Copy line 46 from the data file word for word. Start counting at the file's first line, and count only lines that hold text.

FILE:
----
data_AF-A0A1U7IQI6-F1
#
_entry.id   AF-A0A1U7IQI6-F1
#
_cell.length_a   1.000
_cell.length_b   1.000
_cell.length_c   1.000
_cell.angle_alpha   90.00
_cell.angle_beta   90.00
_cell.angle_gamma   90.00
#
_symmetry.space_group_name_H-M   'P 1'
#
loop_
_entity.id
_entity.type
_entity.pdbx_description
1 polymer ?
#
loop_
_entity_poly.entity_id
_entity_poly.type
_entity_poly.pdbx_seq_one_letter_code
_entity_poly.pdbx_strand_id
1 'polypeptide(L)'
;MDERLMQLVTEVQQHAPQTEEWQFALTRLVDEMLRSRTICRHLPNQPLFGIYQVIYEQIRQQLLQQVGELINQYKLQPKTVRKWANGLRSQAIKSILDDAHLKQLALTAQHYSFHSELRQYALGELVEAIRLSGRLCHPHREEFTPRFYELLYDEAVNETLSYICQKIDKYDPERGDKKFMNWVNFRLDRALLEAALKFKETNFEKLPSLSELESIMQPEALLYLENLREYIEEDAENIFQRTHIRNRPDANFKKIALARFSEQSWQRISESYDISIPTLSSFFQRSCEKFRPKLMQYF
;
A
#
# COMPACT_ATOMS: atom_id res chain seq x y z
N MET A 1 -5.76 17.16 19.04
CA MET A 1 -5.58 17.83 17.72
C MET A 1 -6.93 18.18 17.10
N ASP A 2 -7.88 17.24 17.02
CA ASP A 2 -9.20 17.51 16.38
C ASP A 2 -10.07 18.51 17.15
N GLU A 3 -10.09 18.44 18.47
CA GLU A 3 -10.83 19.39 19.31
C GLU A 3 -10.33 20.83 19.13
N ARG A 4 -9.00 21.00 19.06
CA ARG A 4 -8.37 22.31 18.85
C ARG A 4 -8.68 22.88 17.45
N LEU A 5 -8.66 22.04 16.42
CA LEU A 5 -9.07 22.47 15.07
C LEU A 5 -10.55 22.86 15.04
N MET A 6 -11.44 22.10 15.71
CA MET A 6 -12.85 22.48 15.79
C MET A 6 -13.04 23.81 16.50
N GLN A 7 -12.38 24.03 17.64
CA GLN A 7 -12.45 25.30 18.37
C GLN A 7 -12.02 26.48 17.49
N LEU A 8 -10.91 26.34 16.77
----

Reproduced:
N MET A 6 -11.44 22.10 15.71